Australian telcos will soon be subject to “strict new identification measures” designed to make it harder for bad actors to illegally port - and hijack - mobile numbers.
Communications Minister Paul Fletcher said in a statement that the stricter porting rules are the first action out of the ‘Scam Technology Project’, which is led by the Australian Communications and Media Authority (ACMA) and counts major telcos among its constituents.
“If criminals are using technology to scam Australians, we need to make sure we are using technology to fight back,” Fletcher said.
“The measure I am announcing today is the first outcome from the Scam Technology Project - but I expect there will be more in coming months.”
Major telcos, including Telstra, Optus and Vodafone, had been working with Big Four banks over the past 18 months “do design a ‘platform-based framework’ to counter mobile-based fraud, the Australian Financial Review reported back in June.
This was to be used to stem the rate of mobile phone number hijacks used “or the purpose of cracking online banking accounts,” the paper reported.
Fletcher said the government’s action would “mandate stronger industry-wide identity verification measures before mobile numbers can be transferred from one provider to another.”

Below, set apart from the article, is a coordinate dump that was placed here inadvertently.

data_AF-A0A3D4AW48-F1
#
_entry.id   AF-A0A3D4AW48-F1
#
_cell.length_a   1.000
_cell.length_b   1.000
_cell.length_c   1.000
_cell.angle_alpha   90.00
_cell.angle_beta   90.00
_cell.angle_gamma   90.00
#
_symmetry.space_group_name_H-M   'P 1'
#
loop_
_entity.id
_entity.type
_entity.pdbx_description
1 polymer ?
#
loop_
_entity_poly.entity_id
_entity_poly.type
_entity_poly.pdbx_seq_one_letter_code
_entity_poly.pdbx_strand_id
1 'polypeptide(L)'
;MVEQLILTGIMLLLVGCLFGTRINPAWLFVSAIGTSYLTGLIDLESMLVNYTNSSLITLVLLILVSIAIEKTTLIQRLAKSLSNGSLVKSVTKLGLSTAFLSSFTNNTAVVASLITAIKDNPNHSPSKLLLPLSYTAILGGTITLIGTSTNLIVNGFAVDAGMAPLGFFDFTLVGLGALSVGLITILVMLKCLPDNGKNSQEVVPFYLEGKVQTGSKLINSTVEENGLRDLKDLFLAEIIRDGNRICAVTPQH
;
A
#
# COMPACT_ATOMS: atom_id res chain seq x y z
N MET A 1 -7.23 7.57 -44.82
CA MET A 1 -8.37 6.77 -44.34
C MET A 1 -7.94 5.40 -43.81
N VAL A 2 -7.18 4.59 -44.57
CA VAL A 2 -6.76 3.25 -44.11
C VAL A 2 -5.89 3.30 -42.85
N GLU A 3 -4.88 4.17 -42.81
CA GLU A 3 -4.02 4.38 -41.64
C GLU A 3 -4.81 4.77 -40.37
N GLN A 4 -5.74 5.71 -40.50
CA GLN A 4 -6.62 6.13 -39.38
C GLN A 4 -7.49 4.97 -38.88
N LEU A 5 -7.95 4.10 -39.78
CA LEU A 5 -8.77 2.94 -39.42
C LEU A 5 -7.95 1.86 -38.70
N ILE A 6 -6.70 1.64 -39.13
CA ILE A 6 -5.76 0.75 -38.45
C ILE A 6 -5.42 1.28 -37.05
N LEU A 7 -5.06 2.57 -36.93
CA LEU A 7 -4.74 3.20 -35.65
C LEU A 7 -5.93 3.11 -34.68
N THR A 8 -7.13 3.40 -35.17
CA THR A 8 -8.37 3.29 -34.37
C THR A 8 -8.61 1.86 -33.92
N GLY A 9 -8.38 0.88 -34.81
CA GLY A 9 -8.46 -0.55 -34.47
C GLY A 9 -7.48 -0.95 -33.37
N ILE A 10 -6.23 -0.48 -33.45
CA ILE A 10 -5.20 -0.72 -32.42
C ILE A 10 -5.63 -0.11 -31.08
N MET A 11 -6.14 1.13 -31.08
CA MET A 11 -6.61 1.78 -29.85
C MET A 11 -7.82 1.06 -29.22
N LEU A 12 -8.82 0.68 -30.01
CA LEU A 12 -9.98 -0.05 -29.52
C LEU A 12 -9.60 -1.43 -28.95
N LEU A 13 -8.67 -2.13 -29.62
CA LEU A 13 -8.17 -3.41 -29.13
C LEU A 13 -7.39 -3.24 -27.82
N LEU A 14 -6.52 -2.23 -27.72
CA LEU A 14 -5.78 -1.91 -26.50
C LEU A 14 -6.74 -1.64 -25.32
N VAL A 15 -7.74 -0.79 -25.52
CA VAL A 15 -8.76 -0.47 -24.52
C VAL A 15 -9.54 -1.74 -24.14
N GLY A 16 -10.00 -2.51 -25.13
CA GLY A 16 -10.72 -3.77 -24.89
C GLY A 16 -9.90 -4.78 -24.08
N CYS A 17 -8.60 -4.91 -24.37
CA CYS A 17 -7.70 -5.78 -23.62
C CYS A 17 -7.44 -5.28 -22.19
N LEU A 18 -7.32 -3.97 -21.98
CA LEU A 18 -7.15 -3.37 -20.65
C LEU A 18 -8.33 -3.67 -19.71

“Two‑factor authentication - such as inputting a code on a website or responding to a text message - is a proven and highly effective security measure, and will be required before a number can be ported,” he said.
“Many Australian telcos – including Telstra, Optus and Vodafone – have already introduced stronger pre‑port verification measures.
“However telcos representing more than one million mobile services are yet to implement these consumer safeguards, putting all Australian mobile users at risk of fraudulent number porting.”
Fletcher said the government expected “all telcos to pull their weight” in addressing the issue.
“I want Australians to be confident that every telco has put in place strong verification processes to stop fraudulent mobile number porting and the devastating consequences it can have for victims,” he said.
“That is why I have issued a formal direction to the ACMA to make new rules mandating stronger identity verification processes before mobile numbers can be transferred.
“The entire industry needs to put in place a solution otherwise those telcos without safeguards in place will be a magnet for fraudsters.”
The ACMA said in a separate statement that the new porting process was established by Communications Alliance.
"The largest telco providers and most major resellers have now voluntarily implemented the measures in a significant step for the security of telephone numbers," the ACMA said.